The first number of the Reports of the Society. Repr. by order of the Society for bettering the condition of the poor

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Side 36 - Sheriff', or his certain attorney, executors, administrators or assigns, for which payment to be well and truly made we bind ourselves, and each and every of us in the whole, our and each and every of our heirs, executors and administrators, firmly by these presents, sealed with our seals.
Side 65 - Britain, to form themselves into and to establish one or more society or societies of good fellowship, for the purpose of raising, from time to time, by subscriptions of the several members of any such society, or by voluntary contributions, a stock or fund for the mutual relief and maintenance of all and every the members thereof, in old age, sickness, and infirmity, or for the relief of the widows and children of deceased members.
Side 65 - Societies of good fellowship, for the purpose of raising, from time to time, by subscriptions of the several members of every such Society, or by voluntary contributions, a stock or fund for the mutual relief and maintenance of all and every the members thereof, in old age, sickness, and infirmity, or for the relief of the widows and children of deceased members...
Side 36 - The Reports of the Society for Bettering the Condition and Increasing the Comforts of the Poor, 5 vols.
Side 36 - Third, by the grace of God of Great Britain, France, and Ireland, King, Defender of the Faith, and so forth, and in the year of our Lord one thousand seven hundred and eighty-four.
Side 86 - Managers shall meet on the first Monday in January, the first Monday in April, the first Monday in July, and the first Monday in October, every year, and at such other times as the President may direct.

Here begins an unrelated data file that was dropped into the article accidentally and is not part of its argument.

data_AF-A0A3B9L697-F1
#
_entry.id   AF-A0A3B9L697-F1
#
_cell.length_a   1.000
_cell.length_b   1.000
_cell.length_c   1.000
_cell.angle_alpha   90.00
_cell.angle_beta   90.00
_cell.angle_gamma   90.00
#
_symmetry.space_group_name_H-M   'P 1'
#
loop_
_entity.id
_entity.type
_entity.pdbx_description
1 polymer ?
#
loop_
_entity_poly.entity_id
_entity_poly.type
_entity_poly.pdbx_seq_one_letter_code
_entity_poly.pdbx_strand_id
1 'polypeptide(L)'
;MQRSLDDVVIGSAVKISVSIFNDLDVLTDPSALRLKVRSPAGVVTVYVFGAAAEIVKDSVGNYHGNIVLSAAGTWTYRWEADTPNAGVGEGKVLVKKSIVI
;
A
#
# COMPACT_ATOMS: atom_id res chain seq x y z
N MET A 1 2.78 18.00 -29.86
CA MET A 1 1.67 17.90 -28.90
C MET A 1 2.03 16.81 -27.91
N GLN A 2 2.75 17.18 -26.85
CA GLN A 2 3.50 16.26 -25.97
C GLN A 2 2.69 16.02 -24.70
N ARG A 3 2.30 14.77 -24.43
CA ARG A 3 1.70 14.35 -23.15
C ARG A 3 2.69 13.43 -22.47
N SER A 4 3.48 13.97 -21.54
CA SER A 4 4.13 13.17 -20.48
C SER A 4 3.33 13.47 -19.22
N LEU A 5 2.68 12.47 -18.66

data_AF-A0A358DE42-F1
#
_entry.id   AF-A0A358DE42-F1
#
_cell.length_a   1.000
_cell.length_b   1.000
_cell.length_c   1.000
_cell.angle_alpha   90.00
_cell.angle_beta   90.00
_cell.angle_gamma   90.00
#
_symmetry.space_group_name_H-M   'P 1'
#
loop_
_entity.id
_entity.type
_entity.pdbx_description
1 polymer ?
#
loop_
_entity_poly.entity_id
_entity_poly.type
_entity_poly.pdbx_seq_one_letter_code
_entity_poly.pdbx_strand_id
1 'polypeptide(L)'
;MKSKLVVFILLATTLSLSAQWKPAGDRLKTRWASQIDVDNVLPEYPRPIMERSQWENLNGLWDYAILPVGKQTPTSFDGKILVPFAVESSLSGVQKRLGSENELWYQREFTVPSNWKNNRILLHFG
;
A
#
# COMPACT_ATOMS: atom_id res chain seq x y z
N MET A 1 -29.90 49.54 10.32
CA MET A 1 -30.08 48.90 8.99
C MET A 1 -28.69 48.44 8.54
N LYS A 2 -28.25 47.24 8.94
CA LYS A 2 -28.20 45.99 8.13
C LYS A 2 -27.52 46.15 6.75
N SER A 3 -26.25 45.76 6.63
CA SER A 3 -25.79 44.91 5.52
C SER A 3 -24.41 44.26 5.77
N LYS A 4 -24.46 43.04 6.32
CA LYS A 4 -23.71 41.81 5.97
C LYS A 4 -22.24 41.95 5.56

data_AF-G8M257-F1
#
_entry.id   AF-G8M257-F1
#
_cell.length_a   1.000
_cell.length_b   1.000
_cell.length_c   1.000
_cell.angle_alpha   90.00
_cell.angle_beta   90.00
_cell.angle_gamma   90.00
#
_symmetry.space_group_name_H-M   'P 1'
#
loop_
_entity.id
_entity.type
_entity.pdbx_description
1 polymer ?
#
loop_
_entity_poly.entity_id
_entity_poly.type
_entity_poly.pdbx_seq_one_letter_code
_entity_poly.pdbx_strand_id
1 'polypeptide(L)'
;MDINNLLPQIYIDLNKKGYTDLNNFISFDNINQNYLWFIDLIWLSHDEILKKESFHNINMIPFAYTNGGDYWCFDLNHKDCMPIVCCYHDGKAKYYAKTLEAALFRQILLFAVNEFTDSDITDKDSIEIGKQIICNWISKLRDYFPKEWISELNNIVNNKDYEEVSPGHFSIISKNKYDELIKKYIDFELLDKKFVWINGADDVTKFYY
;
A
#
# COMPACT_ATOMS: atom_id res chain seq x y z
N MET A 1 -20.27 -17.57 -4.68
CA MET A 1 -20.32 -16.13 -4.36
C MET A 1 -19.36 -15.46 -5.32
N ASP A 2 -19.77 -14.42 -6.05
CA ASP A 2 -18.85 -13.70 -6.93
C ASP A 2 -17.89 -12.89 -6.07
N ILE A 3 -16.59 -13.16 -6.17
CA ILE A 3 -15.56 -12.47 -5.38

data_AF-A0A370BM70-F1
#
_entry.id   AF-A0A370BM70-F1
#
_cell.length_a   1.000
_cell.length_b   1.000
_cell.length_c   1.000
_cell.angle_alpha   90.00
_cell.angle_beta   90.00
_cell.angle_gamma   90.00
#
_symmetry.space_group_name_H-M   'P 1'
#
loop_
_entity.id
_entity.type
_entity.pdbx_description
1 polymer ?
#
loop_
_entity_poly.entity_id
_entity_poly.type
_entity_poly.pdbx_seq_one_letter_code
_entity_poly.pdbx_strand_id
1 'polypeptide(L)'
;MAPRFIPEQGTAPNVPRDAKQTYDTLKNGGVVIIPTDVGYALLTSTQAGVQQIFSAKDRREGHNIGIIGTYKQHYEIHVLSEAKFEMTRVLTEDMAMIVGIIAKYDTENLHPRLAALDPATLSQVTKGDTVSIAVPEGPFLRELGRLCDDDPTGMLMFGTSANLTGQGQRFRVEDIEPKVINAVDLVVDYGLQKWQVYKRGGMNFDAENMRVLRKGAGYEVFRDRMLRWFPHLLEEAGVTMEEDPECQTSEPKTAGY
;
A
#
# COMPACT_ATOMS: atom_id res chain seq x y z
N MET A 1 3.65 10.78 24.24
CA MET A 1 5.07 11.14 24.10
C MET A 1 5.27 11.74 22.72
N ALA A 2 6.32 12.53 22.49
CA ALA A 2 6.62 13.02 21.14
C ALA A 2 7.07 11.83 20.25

Side 62 - ... findings of the court shall be entered in a book or books to be kept for that purpose, and known as the "Juvenile Record," and the court may for convenience be called the "Juvenile Court.
Side 23 - That in societies consisting of persons under 32 years of age, a 48th part of them will be always in a state of incapacitation by illness and accidents; and therefore entitled to allowances proportioned to their contributions. Various reasons, and particularly the experience of friendly clubs, determine me to believe that the proportion of the sick to the well in such a society will not be so great as this, and consequently that a weekly allowance during sickness will be more than supported by weekly...
Side 36 - Act made in the Thirty-third Year of the Reign of His present Majesty, intituled ' An Act for the Encouragement ' and Relief of Friendly Societies...
Side xx - ... or professed politicians. The scheme originated among the persons on whom chiefly it was intended to operate : they foresaw how possible, and even prob., it was that they, in their turn, should, ere long, be overtaken by the general calamity of the times, and wisely made provision for it. A stronger proof could not well be given, to show that the great mass of the people, prompted only by what they themselves saw and felt, were convinced of the inefficacy of all legislative regulations, and therefore...

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